A Broad Perspective on Mental Healing

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It was not to the Glory of God that men should be ill, but that they should be well. It was not good that they should suffer, but that they should be saved from suffering. To this end Jesus Himself suffered : but His was a higher suffering. When He saw that at the root of suffering there was a sense of guilt, He relieved it by forgiveness : for anxiety He substituted peace.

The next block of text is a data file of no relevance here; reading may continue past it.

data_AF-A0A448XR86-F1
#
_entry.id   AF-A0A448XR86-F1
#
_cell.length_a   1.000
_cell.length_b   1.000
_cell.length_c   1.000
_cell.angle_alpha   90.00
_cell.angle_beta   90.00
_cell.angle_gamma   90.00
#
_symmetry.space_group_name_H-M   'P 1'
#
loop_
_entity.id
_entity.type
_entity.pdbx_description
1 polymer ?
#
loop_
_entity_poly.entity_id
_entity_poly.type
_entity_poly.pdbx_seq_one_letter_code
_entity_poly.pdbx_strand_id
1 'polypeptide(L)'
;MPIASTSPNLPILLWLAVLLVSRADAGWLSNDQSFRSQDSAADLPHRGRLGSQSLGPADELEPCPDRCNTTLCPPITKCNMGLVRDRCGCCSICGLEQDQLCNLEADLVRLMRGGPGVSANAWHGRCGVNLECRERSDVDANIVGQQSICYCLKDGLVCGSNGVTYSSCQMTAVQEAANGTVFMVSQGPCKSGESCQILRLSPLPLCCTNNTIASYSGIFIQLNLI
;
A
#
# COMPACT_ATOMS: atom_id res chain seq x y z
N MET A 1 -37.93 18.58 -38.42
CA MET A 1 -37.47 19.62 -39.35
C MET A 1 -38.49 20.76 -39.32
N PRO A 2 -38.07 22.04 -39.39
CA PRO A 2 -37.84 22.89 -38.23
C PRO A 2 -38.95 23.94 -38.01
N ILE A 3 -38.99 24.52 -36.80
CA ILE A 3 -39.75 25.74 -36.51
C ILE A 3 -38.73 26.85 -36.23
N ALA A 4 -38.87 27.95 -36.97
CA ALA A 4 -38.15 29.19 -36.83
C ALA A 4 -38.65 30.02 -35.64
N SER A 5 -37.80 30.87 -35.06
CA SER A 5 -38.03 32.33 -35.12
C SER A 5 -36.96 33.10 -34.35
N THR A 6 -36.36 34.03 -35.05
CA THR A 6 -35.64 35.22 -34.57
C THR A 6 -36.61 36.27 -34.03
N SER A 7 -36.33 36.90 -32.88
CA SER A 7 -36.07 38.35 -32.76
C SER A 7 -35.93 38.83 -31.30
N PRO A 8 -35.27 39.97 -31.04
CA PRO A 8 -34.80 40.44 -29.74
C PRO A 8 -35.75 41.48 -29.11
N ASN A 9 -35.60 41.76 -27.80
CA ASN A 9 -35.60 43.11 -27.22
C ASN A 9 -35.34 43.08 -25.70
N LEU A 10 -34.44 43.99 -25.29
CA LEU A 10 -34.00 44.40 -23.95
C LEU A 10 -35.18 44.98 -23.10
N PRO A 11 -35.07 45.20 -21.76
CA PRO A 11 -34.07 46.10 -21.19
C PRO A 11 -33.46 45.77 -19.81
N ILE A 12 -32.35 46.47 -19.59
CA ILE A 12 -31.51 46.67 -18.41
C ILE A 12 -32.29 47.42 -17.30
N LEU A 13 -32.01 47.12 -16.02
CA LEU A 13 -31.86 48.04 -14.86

Associated with His attitude to physical and mental suffering was one point which gave rise to impassioned criticism and greatly exercised the minds of His followers. Read without any critical insight, the Gospels as they stand suggest that He regarded mental patients as being devil-possessed. But is this true ? Of the fourteen cases we have discussed there are three which were undoubtedly mental: the epileptic in the synagogue at Capernaum, the Gerasene maniac, and the epileptic boy. As has already been remarked, any Jewish student would have classified epilepsy as a disease quite outside the domain of the devil; he would be far more likely to have attributed it to an affection by the moon, and as such it is spoken of in Matt, xvii, 15. Jesus must have read the best available books and have obtained from them all that they had to give. He knew what it meant to be a learned scholar bringing out of His treasury ' things new and old \ The narratives suggest that He knew the two cases of epilepsy to be of a kind which were not susceptible of treatment by the exorcism of which the Evangelists speak. What might conceivably be thought to indicate a belief that there was devil-possession is the injunction to the epileptic in the synagogue to ' keep silence', but that was during the hallucination preceding the fit. The question to the father, ' How long has he been like this ? ' is a clear indication that Jesus did not attribute the complaint to devil-possession.